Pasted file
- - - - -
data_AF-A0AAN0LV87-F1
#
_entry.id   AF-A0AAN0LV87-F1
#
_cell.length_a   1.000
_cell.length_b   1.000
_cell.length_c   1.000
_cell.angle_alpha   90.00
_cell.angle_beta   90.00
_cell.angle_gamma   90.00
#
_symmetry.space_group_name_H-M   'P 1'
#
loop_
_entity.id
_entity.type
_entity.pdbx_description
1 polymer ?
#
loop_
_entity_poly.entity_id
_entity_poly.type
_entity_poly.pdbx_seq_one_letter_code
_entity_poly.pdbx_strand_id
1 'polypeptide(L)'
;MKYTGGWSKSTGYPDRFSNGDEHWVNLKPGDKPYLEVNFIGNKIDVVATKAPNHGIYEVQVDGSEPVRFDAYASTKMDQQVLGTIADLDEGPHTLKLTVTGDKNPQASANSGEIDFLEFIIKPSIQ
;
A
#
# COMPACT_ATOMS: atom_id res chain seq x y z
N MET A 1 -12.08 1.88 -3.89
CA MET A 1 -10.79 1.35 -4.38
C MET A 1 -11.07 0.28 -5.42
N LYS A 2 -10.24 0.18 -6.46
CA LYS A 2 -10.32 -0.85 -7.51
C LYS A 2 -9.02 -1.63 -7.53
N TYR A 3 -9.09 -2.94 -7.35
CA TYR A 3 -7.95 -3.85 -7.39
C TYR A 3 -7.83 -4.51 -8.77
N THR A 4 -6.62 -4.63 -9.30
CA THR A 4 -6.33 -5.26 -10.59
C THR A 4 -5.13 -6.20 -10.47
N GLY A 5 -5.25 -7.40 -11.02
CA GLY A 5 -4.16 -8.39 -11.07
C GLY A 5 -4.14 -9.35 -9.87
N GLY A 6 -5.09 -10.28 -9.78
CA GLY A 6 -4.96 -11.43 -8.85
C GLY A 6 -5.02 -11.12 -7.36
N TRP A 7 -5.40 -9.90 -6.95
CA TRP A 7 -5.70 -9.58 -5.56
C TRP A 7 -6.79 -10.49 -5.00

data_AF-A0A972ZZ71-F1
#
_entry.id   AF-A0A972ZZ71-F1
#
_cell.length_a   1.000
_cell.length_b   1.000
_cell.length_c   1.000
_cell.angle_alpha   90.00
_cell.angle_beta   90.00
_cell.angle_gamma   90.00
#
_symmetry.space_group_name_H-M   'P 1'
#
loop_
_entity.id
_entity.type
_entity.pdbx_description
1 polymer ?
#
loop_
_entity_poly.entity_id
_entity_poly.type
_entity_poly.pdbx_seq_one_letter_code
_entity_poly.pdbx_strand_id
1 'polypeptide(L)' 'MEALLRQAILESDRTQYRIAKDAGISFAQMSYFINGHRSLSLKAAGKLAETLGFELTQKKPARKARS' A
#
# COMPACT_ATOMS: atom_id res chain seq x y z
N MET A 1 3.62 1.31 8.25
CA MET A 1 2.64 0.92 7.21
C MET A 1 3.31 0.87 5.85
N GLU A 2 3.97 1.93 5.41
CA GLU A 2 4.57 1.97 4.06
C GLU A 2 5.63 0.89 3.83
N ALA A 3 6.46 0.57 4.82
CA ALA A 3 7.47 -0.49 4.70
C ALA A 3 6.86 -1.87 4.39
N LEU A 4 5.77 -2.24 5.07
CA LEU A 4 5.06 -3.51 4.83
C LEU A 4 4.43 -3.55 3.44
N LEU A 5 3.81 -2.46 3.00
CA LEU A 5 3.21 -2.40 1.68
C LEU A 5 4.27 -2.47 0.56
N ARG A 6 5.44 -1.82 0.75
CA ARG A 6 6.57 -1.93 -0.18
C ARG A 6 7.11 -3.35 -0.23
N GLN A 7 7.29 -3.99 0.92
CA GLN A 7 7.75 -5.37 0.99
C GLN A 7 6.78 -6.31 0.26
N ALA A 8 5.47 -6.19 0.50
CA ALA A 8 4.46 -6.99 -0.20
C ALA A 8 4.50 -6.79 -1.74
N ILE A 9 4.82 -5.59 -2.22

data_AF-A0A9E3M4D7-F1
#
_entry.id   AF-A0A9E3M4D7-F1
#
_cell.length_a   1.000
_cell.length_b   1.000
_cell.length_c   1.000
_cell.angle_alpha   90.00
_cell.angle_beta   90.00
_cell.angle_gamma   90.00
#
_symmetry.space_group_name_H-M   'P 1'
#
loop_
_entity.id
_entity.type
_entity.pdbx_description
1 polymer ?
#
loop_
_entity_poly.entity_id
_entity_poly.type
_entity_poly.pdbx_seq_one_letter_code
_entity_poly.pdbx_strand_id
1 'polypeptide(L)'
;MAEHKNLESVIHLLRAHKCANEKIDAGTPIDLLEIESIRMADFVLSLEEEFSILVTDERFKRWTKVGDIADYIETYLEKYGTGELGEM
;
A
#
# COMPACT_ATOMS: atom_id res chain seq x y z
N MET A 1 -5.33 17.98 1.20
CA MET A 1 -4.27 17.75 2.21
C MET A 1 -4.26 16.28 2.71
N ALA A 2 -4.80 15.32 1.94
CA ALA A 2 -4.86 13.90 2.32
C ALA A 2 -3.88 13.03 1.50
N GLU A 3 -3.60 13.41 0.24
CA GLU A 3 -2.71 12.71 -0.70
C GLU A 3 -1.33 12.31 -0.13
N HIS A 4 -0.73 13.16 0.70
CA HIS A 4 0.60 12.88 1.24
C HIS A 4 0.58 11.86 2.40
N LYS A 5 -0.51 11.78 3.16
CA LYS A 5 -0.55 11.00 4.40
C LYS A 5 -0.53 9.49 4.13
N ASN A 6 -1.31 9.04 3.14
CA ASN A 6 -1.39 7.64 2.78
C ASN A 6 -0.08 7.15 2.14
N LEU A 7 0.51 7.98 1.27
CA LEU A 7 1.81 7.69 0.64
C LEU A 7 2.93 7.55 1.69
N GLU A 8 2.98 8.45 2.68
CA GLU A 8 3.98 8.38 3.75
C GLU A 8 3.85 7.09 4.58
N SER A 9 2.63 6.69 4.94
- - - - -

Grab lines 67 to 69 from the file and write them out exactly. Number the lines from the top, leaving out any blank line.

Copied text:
_entity.type
_entity.pdbx_description
1 polymer ?